The Return of the Theological-Political in Democracy and the Rediscovery of Biblical Politics
Abstract: The Spinozist moment was a turning point for democratic theory. It reduced the biblical heritage of political philosophy to mere theology and thus founded the “autonomy of politics” so brilliantly theorized by Rousseau in his ‘Social Contract.’ Yet Spinoza and Rousseau could not found their system without reintroducing (an immanent or secularized) transcendence to politics, such that a kind of reenchantment, in the form of civil and political religions, has occurred in modern politics. These are crucial matters to consider today, as this transcendence so crucial to the foundations of democracy is collapsing. To confront this problem, one might consider that Spinoza theoretically founded democracy by expelling the biblical, and its rediscovery today might help us think through the present crisis.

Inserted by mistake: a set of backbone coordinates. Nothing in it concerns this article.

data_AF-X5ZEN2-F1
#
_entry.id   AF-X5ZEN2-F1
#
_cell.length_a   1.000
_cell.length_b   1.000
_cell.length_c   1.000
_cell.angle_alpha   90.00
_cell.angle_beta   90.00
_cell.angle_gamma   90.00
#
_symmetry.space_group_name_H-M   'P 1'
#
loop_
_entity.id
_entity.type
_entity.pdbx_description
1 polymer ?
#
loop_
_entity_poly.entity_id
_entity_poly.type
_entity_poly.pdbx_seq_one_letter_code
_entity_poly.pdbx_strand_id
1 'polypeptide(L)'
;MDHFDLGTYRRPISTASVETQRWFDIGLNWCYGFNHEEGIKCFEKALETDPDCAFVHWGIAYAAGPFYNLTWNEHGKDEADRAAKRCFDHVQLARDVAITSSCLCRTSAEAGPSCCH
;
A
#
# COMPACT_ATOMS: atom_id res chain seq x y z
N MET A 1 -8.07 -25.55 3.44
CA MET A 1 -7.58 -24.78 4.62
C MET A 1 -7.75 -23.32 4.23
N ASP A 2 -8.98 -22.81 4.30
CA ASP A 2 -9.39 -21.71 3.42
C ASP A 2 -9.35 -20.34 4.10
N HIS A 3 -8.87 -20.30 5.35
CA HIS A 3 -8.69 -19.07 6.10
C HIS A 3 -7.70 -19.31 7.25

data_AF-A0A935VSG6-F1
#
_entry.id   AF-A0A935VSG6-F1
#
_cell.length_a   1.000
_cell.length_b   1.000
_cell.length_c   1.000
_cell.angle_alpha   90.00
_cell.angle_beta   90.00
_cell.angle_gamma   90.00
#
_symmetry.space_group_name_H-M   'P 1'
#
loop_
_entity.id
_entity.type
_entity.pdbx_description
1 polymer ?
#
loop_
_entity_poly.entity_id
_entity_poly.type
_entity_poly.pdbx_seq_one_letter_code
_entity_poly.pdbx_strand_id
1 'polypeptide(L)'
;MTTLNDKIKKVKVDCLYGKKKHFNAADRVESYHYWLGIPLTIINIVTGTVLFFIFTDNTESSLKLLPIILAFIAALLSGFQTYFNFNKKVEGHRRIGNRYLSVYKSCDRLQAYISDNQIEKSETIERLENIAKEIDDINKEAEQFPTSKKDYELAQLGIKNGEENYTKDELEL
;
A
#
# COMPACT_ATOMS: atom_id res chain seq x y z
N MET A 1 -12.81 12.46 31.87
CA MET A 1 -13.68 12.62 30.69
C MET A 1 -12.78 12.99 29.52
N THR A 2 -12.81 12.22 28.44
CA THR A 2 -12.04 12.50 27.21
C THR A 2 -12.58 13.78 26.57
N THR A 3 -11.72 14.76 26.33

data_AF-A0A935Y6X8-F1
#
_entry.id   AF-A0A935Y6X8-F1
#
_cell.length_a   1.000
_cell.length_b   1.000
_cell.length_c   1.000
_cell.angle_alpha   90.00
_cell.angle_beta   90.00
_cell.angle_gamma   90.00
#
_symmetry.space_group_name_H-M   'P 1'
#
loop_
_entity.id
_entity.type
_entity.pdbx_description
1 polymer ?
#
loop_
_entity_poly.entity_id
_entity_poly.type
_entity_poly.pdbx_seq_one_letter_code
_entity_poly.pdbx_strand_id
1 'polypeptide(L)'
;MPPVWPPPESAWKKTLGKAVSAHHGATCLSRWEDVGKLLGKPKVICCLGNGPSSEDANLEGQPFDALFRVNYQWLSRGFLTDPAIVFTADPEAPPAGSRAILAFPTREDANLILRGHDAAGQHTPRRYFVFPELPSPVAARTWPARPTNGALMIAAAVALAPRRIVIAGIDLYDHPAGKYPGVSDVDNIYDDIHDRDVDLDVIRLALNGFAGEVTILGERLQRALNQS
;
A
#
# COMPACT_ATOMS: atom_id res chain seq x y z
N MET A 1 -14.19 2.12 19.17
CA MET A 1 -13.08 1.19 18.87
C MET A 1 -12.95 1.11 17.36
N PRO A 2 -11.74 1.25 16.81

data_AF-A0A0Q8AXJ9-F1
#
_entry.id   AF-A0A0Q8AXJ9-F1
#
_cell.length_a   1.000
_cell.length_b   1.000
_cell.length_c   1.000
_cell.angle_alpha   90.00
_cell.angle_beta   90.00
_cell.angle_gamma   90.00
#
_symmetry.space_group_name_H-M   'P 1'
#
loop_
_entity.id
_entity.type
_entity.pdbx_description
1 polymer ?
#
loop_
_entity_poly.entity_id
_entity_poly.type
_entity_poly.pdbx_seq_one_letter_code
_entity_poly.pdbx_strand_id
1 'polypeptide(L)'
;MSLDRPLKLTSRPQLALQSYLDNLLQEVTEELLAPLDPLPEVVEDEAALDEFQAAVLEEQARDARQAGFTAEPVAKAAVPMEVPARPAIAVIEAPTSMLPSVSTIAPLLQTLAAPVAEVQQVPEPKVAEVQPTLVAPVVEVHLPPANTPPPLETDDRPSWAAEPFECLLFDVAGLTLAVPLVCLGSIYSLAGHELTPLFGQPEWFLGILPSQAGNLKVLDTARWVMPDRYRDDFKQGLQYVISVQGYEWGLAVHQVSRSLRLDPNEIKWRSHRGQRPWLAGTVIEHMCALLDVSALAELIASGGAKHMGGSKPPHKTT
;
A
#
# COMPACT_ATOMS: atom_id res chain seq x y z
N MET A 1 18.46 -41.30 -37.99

Biography: Shmuel Trigano is a professor of sociology of religion and politics at Paris University. He is the founding director of the College of Jewish Studies at the Alliance Israélite Universelle (Kol Israel Haverim), the founding director of Pardès, a European Journal of Jewish Studies and Culture and of Controverses, a journal of ideas. Trigano has published eighteen books in the field of philosophy, political thought and Jewish studies, among them Philosophy of the Law, The Beginning of Politics in the Torah (1991), and edited numerous collective books, among them a four volume book Jewish Society Through the Ages. One of his publications The Democratic Ideal and the Shoah - The Unthought in Political Modernity has been just published in English (SUNY Press) and in Hebrew (Ben Gurion University).